Just after signing a lucrative contract extension in 2004, the reward for having led the Carolina Panthers to a Super Bowl XXXVIII berth, quarterback Jake Delhomme decided it was time to splurge on an expensive new ride.
So you're thinking, like, a sporty little two-seater with even quicker acceleration than wide receiver Steve Smith provides? Or maybe a big, gas-guzzling SUV to propel the Panthers' starting quarterback through the swampy Louisiana back roads he navigates in the offseason? Something sleek, sizzlin' or stupefying, right?
Well, think again.
Delhomme's hot new set of wheels was a shiny, state-of-the-art Kubota tractor, one that would considerably reduce the workload on the Lafayette, La., horse farm in which he is a partner with his father and brother. In perpetrating his own manner of vehicular drama-cide -- Delhomme had intentionally kept close friends and teammates in suspense over what kind of extravagant buy he would make with his signing bonus -- the Panthers' star reinforced the notion he is more about practicality than pizzazz.
And that he couldn't care less about the glitz typically associated with the high-profile position he plays.
"He's just a country boy," Carolina right offensive tackle Jordan Gross said. "There's nothing glamorous about him. He's got a lot of [moxie], but not a lot of polish to him."
Which should make the down-home Delhomme, the winningest quarterback remaining among the starters for the final four teams that will vie this weekend for an invitation to Super Bowl XL, right at home. This is not, to be sure, a championship round that features a high Q rating when it comes to the QB position. Of the four quarterbacks remaining in the playoffs, just one, Ben Roethlisberger of Pittsburgh, is a former first-round choice.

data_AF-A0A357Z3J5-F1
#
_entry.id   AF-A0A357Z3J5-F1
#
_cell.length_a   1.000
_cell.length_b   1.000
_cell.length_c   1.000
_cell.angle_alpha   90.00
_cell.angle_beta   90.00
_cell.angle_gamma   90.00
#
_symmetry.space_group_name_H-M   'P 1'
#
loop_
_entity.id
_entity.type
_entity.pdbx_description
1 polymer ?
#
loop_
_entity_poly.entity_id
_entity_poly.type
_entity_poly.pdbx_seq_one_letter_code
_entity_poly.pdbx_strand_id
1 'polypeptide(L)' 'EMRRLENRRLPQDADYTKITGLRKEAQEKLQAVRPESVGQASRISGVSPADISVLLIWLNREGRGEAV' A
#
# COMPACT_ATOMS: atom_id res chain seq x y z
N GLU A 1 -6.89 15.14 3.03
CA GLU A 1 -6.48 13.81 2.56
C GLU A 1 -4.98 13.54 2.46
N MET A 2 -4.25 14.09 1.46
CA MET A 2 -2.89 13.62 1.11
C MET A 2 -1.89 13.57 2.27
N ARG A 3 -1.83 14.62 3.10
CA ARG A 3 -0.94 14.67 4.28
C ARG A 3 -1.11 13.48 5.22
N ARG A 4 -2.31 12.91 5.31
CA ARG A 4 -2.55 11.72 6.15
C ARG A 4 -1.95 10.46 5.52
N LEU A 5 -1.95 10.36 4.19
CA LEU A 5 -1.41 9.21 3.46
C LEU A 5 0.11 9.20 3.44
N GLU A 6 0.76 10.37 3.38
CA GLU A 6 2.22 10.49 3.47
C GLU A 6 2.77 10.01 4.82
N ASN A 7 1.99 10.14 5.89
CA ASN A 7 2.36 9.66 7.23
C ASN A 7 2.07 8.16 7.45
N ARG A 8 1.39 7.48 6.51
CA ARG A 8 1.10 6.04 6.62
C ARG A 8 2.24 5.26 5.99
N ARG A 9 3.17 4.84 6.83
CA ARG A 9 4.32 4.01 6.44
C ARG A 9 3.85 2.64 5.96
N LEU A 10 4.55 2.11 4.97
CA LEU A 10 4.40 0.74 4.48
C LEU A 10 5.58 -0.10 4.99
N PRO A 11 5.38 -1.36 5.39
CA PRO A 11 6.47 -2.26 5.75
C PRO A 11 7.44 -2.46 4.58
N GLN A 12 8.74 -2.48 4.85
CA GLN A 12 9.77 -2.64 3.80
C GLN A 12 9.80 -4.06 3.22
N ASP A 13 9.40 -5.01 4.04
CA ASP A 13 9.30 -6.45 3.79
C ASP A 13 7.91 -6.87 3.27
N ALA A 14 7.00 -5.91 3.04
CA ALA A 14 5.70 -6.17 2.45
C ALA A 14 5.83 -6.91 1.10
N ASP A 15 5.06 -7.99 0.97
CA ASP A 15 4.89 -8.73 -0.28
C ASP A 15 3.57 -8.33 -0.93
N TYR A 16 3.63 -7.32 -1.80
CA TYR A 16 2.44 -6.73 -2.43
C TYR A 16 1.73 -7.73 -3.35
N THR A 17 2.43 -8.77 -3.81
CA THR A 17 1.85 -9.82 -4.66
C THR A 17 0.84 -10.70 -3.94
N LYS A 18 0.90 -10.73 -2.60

That doesn't make the Super Bowl derby a horse race filled with also-rans, but it does demonstrate that a quarterback doesn't necessarily need to be glamorous to be good.
Indeed, the sport's reigning Super Bowl golden boy, Tom Brady of New England, finally proved last weekend that he is mortal after all. The two Manning brothers combined for just 18 points and one touchdown pass, were sacked an aggregate nine times, and failed to win a playoff contest between them. Carson Palmer exited the playoffs on a wounded knee. Among the other more celebrated quarterbacks in the league, Brett Favre led the NFL in interceptions, Daunte Culpepper and Donovan McNabb finished the year on injured reserve and Michael Vick concluded the season in regression.
Which leaves the conference championship games in the hands and on the right arms of four quarterbacks who all possess more game than name, a reality that isn't lost on any of them, but which seems to matter not at all.
Only two of the four quarterbacks still left in the playoffs, Delhomme and Seattle's Matt Hasselbeck, were selected for this year's Pro Bowl game. Jake Plummer of Denver, a second alternate, will make the trip to Hawaii only because Palmer and Drew Brees are recovering from surgeries. All of the final four quarterbacks, though, would certainly prefer slogging through the snowy streets of Detroit next month over plowing through the thick sand of Waikiki Beach.